466069 Modeling Plasma Gasification of Biomass with Thermodynamic and Kinetic Approach in Series

Monday, November 14, 2016: 8:25 AM
Union Square 19 & 20 (Hilton San Francisco Union Square)
Babita Verma, Chemical Engineering, Indian Institute of Technology Madras, Chennai, India, Rajesh Elangovan, Cognizant Technology solutions, Chennai, India, T. Renganathan, Department of Chemical Engineering, Indian Institute of Technology Madras, Chennai, India and S. Pushpavanam, Chemical Engineering, Indian Institute of Technology, Madras, Chennai, India

Modeling Plasma gasification of biomass with thermodynamic and kinetic approach in series

Babita K. Verma, Rajesh Elangovan, T. Renganathan, S. Pushpavanam*

Department of Chemical Engineering, Indian Institute of Technology Madras,

Chennai 600036, India

*Corresponding author:spush@iitm.ac.in, Tel: +91-44-22574161

Plasma gasification is a promising green technology in which carbon based feed-stocks are converted to synthesis gas. In this process, a plasma arc is used to supply heat to the reactor to sustain the endothermic gasification reactions. Plasma gasification operates at temperatures above 2500 K. Here the reaction rates are very high and this leads to lower residence time as compared to conventional gasification [1]. This drastically reduces the size of gasifiers operating at atmospheric pressure. These advantages motivate the development of accurate mathematical models for plasma gasifiers which can help to analyze the effect of various parameters on the performance.

There are two ways of modeling: Equilibrium and kinetic approach. The purely equilibrium approach does not need information on all reactions which occur at the high temperatures in the reactor here when using the non-stoichiometric approach. The purely kinetic approach requires the consideration of heterogeneous reactions, resistances associated with gas-solid interaction and the formation of radicals. In the present work, the gasifier is modeled as consisting of a high temperature zone followed by a quenching zone where the reactor contents lose heat to the ambient. In the former the reactions are very fast and hence it can be assumed to be at thermodynamic equilibrium. In the quenching zone the reactant mixture cools down and the composition of the gases vary along the reactor length at a finite rate determined by the reaction kinetics. This motivates the reactor to be modeled as being made of two regions namely a plasma gasifier zone (PGZ) which is simulated using a thermodynamic non-stoichiometric approach and a quenching zone (QZ) which is simulated based on a kinetic approach. The schematic representation of the plasma gasifier model [2] is shown in Figure 1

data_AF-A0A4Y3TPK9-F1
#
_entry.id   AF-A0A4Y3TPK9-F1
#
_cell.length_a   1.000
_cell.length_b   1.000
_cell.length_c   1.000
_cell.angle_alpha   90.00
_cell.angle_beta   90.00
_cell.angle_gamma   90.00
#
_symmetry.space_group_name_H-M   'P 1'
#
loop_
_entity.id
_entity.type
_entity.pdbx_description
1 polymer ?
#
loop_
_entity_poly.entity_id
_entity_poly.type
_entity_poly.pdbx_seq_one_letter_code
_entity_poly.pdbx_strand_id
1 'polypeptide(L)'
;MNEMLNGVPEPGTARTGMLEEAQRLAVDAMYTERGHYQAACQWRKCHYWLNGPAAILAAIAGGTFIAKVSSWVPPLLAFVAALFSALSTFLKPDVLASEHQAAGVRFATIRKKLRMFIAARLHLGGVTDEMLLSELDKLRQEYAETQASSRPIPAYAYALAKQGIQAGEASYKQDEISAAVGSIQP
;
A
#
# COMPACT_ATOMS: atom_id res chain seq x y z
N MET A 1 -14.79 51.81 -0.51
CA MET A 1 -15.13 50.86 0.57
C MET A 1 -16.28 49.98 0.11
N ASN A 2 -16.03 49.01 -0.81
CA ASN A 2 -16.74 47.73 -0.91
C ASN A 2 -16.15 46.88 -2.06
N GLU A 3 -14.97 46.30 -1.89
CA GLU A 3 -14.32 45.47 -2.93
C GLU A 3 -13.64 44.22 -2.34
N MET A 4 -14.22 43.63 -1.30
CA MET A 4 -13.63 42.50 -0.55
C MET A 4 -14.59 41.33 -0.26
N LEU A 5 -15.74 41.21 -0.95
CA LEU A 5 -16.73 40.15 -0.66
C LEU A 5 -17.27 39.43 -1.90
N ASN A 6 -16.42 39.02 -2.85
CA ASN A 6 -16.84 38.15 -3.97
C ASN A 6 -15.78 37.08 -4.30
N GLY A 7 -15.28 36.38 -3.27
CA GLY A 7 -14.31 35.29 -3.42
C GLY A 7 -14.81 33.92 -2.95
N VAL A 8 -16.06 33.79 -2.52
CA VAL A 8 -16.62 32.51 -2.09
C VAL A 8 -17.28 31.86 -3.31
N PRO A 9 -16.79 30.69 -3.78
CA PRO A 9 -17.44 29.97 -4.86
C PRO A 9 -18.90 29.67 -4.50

Figure 1. Schematic representation of the plasma gasifier model

The effect of various parameters – gasifier temperature, steam flow rate, air flow rate and feed moisture content – on the performance of the gasifier is studied. Figure 2 shows a typical result i.e. the effect of the gasifier zone temperature on the heat duty and the cold gas efficiency existing in PGZ and QZ region.

Figure 2: Effect of temperature on heat duty and CGE exiting PGZ and QZ region (Air=13.25kg/hr, Steam=3.90 kg/hr, Moisture=10%)


[1]      S. J. Yoon and J. G. Lee, “Syngas Production from Coal through Microwave Plasma Gasification : Influence of Oxygen , Steam , and Coal Particle Size,” Energy & Fuels, vol. 26, pp. 524–529, 2012.

[2]      M. Gorokhovski, E. I. Karpenko, F. C. Lockwood, V. E. Messerle, B. G. Trusov, and  a. B. Ustimenko, “Plasma technologies for solid fuels: experiment and theory,” J. Energy Inst., vol. 78, no. 4, pp. 157–171, Dec. 2005.


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